By Peter Hannam, Carbon economy editor
8 January 2013
(Sydney Morning Herald) – Australia's exposure to natural risks is on the increase and governments at all levels should step up joint efforts to limit the losses and prevent insurance costs from spiralling higher, one of the country's biggest insurers says.
Modest investments in flood or fire mitigation measures can significantly reduce the cost of the disasters when they inevitably occur, Suncorp Group said in its Risky Business report on risk management.
“More frequent extreme weather events, economic growth, urbanisation and population shifts towards high-risk areas have all combined to dramatically increase Australia's risk exposure,” Suncorp said in the report. “The chance that natural hazard will become natural disaster is greater than ever.”
The report's public release coincides with one of the biggest days of fire risk in Australia since the Black Saturday bushfires in Victoria almost four years ago. Sydney on Tuesday will feel its first blast of the massive heatwave that has been frying much of the continent for almost a week.
NSW Premier Barry O'Farrell said that Tuesday "will be perhaps the worst fire danger day the state has ever faced".
The Suncorp report said governments could assist with fire-risk reduction through fuel-load management, prescribed burning and fire breaks. Households, though, had a perhaps bigger role to play by installing fire defence systems and clearing vegetation such as tall trees close to their homes.
It cited findings of the Special Inquiry into the 2011 Perth Hills Bushfire, which heard evidence that evaporative air conditioners were particularly prone to an ember attack unless retrofitted with screens costing less than $500.
Suncorp last year stirred public anger in parts of Queensland for deciding to “red-line” or halt sales of new insurance policies in the outback towns of Roma and Emerald because of repeated flooding events.
While the current bushfires in several states are resulting in localised, temporary embargoes on new insurance sales – a policy typically imposed by Suncorp, IAG and other insurers as a fire or other disaster event looms – the company has no plans to extend “red-lining” to fire-prone regions.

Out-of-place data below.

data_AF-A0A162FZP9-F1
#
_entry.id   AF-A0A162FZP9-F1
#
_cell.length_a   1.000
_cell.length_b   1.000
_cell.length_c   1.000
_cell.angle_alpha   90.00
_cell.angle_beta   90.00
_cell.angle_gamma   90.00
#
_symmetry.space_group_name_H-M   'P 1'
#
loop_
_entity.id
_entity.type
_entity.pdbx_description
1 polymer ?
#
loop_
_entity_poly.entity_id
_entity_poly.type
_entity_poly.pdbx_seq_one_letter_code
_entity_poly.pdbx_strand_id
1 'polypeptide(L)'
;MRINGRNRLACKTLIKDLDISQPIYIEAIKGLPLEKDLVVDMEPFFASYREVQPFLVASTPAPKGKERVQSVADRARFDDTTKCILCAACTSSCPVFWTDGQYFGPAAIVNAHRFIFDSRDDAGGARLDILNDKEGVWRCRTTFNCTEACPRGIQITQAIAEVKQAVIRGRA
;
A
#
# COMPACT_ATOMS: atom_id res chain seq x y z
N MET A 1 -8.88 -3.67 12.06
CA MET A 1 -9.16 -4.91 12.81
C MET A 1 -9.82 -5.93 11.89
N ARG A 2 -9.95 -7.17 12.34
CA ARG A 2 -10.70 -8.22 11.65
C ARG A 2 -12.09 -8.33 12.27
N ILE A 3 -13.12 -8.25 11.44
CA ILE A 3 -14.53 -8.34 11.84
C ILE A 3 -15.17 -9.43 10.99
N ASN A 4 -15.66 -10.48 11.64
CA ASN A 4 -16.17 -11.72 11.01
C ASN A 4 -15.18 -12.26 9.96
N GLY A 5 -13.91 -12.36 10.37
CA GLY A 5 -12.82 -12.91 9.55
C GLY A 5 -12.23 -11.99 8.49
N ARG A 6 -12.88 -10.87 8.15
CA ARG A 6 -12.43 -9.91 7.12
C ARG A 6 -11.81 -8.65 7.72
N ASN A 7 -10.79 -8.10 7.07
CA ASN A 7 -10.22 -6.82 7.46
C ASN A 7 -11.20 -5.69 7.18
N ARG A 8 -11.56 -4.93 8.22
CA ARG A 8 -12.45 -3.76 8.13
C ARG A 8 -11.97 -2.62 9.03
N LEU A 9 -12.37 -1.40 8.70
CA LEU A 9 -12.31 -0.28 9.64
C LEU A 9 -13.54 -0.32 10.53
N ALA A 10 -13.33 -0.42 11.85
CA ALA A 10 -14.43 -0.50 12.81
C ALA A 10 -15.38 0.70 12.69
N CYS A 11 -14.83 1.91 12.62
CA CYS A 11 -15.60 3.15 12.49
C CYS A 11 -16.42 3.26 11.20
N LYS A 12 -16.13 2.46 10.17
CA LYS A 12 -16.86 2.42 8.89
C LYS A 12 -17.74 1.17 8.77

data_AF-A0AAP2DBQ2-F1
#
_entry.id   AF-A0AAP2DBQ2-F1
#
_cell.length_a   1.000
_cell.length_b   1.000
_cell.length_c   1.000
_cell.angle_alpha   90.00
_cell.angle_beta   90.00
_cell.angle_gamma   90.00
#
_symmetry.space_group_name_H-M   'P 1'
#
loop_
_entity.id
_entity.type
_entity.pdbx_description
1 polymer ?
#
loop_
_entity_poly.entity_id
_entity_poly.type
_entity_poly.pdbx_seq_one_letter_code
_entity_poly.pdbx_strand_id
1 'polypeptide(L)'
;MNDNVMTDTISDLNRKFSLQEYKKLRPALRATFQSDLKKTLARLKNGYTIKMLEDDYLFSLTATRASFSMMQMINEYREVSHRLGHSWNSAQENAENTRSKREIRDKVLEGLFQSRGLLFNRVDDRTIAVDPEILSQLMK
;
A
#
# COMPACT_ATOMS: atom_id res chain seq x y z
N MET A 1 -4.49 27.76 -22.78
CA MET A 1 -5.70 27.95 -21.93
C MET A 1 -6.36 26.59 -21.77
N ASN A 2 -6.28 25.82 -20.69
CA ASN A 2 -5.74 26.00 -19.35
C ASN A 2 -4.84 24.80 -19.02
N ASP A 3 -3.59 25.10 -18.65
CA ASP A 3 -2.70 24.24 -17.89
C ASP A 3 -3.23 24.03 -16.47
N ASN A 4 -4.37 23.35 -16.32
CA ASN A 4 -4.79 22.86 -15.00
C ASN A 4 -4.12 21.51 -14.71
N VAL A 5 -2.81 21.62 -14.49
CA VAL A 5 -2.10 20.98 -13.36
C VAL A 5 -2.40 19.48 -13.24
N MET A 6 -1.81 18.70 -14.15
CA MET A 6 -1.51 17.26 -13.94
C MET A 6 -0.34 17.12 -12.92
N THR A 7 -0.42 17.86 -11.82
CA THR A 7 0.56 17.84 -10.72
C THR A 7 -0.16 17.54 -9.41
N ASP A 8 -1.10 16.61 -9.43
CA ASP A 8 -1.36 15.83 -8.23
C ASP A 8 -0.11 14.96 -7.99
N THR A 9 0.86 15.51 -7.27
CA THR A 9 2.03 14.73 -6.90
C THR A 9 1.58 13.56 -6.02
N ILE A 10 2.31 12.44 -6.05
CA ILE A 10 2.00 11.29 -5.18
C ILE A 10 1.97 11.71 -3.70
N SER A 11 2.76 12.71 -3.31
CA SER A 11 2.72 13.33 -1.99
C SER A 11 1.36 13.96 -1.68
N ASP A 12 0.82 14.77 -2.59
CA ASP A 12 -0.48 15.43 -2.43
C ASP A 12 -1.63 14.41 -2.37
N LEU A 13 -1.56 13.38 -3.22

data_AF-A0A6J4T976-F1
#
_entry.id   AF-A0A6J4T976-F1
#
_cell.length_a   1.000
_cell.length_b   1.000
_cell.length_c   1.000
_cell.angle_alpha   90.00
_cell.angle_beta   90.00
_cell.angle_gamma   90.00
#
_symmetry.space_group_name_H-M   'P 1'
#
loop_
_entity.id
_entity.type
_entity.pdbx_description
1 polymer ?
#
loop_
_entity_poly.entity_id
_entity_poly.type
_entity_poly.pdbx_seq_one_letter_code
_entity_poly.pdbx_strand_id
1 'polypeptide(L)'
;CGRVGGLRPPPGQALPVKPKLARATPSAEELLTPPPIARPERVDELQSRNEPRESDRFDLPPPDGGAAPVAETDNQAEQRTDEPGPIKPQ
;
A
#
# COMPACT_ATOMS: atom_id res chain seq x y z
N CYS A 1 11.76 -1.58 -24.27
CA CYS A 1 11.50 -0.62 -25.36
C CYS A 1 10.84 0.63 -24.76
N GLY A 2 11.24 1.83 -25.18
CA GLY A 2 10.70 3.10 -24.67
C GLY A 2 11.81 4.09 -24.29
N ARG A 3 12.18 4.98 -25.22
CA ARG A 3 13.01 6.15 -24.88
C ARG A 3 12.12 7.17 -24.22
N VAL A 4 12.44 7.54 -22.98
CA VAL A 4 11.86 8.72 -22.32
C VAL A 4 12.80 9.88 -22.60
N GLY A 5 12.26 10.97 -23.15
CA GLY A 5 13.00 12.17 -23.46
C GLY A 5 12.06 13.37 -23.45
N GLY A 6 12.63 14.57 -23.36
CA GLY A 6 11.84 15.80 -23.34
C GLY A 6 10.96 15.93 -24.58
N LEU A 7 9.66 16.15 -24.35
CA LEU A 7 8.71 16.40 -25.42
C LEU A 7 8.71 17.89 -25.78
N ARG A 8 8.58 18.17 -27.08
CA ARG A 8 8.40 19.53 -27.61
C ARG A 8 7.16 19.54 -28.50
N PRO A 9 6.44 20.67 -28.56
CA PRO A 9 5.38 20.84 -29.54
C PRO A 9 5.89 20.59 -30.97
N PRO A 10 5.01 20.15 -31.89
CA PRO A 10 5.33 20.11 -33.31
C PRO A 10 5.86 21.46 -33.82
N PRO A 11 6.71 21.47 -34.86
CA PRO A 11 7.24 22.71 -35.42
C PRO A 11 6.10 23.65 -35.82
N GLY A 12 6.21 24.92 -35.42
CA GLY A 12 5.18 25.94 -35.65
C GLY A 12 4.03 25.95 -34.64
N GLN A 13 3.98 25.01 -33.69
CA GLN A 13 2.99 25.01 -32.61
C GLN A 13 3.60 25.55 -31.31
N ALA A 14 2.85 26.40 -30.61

“Floods are a bit more predictable than a bushfire,” said Chris Newlan, Suncorp's head of public policy and corporate affairs. A flood is “caused by a natural event that can be mapped over time. A bushfire can be started by a couple of 16-year-olds on school holidays,” he said. [more]
- 60 Minutes: The Age of Mega-Fires
- Altered Oceans
- Apocadocs: Humoring the Horror of Environmental Collapse
- Calculated Risk
- Carbon Based Climate Change Adaptation
- Census of Marine life
- Climate Change: The Next Generation
- Club Orlov: Dmitry Orlov and the Collapsnik Party
- Converging Emergencies, 2010-2020
- Crisis Forums
- Dead Trees ... Dying Forests
- Deep Into Artlife West
- Ea O Ka Aina: For a self-sustaining Kauai
- Economic Undertow
- Fire Earth
- Hypoxia in the Northern Gulf of Mexico
- IUCN Red List of Endangered Species
- Information Is Beautiful
- International Programme on the State of the Oceans
- Jeremy Jackson: Brave New Ocean
- Jim Galasyn: State of the Oceans 2011 pdf
- Lend Me a Looking Glass
- Love Salem
- Marine Climate Change
- Mongabay.com: Tropical Rainforest Conservation
- NASA Earth Observatory: Image of the Day
- NASA Visible Earth
- National Weather Service Climate Prediction Center
- Nature Bats Last
- Only In It For The Gold
- Ornery Bastard
- Other Voices, Other Choices
- Planet3.0 | Beyond Sustainability
- RealClimate: Climate Science from Climate Scientists
- Wit's End
- World Catastrophe Map